The community said goodbye to a fixture of the downtown core Monday as crews took down the old SuperValu building to make way for a four-storey apartment complex.

Out with the old, in with…

SuperValu building comes down, making way for new rental apartments

“A little piece of me died today,” Lindsay Ellis says through her tears after watching the old SuperValu building in Tyee Plaza come down this week.

Her father, Gordon Ellis, was the assistant manager of the grocery store for 32 years. He died of leukemia shortly before the store shuttered its doors in December of 2009.

“I grew up in that store,” she says. “All my problems went to that store. I was 17 years old when I went there to tell my dad I was pregnant.”

And those memories – both difficult and wonderful – all came flooding back as she watched the crews do their work on Monday, systematically ripping the building into rubble from one end to the other.

“The staff there was like one big family,” she says, using the example of how employees with young children would often have them running around the store as they waited for their parents to get off work, playing with each other in the aisles and bringing smiles to the faces of shoppers and employees alike.

The building had been sitting vacant and deteriorating for more than a half-decade, with speculation rampant as to what it would become.

Some proposed a recreation centre of some kind.

There was talk of it becoming a flea market. Others thought more downtown shopping would be a nice addition to the core of our town – possibly with some rental housing or condominiums upstairs.

The speculation ended this week, however, when it was announced that the building was being demolished to make way for a new 47-unit, four-storey apartment block, according to project manager Ben Kunz.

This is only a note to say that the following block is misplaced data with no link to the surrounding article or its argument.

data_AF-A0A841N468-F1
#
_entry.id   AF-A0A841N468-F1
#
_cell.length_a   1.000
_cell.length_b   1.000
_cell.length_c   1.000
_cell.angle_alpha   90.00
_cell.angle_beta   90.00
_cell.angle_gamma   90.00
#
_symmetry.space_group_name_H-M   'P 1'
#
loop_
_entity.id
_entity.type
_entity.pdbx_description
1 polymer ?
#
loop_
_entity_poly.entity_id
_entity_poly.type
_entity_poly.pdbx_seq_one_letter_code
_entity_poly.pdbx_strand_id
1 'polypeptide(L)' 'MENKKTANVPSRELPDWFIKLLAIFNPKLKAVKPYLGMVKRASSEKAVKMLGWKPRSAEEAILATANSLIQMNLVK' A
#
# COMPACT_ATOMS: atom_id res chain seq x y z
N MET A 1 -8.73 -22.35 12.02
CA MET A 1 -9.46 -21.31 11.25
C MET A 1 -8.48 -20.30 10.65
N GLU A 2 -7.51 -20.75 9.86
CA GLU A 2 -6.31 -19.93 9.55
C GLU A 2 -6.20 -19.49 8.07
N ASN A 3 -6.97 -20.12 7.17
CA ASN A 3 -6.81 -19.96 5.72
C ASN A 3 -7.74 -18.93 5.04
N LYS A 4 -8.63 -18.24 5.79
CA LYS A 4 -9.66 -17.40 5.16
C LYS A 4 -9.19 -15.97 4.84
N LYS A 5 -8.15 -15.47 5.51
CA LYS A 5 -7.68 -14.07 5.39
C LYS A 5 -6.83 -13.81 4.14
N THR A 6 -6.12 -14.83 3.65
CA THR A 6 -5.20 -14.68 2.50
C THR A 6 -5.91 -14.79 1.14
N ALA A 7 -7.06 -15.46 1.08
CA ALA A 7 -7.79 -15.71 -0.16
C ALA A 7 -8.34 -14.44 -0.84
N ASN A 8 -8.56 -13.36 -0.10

“Hopefully it will pep up the downtown a bit,” he says as he watches the machinery tear away the walls of the old building from behind the fence and caution tape. “We need more people downtown. It’s pretty lonely down here at night.”

The new apartment complex will be rental units only, Kunz says, and it’s only the first phase of what they hope will be a grouping of apartment complexes surrounding the plaza.

“We want to build another 80 over there by Spirit Square,” he says, pointing across the parking lot towards the Art Gallery and Visitor Centre.

And these aren’t your run-of-the-mill apartments, either, Kunz says.

“They’ll be pretty fancy,” Kunz says.

“They’ll all have a washer/dryer in each unit, all stainless steel appliances, laminate floors, nine-foot ceilings … it’s a lot more comfortable living than in some of these older apartments,” Kunz says, adding that’s what the rental market “wants” right now, based on other buildings the developer – Molmar Group, based in Vancouver – has been building all over Vancouver Island recently.

“I think that’s what people are wanting these days,” Kunz says. “We just built one in Nanaimo, and we rented out the thing in, like, two months, and we’re talking about 110 units in that one.”

There’s currently no timeline on the incoming apartment complex project, as there is still some red tape to sort out with the City of Campbell River, but Kunz says once they get the word, they’ll get to work getting it up so people can start moving in as soon as possible.

Campbell River social media channels lit up with reaction once people started posting photos and videos of the building coming down, and those reactions fell into two basic categories: “It’s about time,” and, “Sad to see it go.”

“Good riddance! Out with the old and in with the new,” one poster proclaimed cheerily.

Others added that they hoped even more would soon be done to revitalize the core of our community and remove other downtown “eyesores.”

Some, however, echoed Ellis’ sadness in seeing the building torn down, saying it’s always hard when a piece of our town’s history – especially something that reminds us of happy times in our lives – is taken away.

There’s some small consolation for Ellis, however.

She says she has a friend on the demolition crew who is saving her a piece of the building that she plans to have made into a bench or table of some kind.

Perhaps a memorial for her father.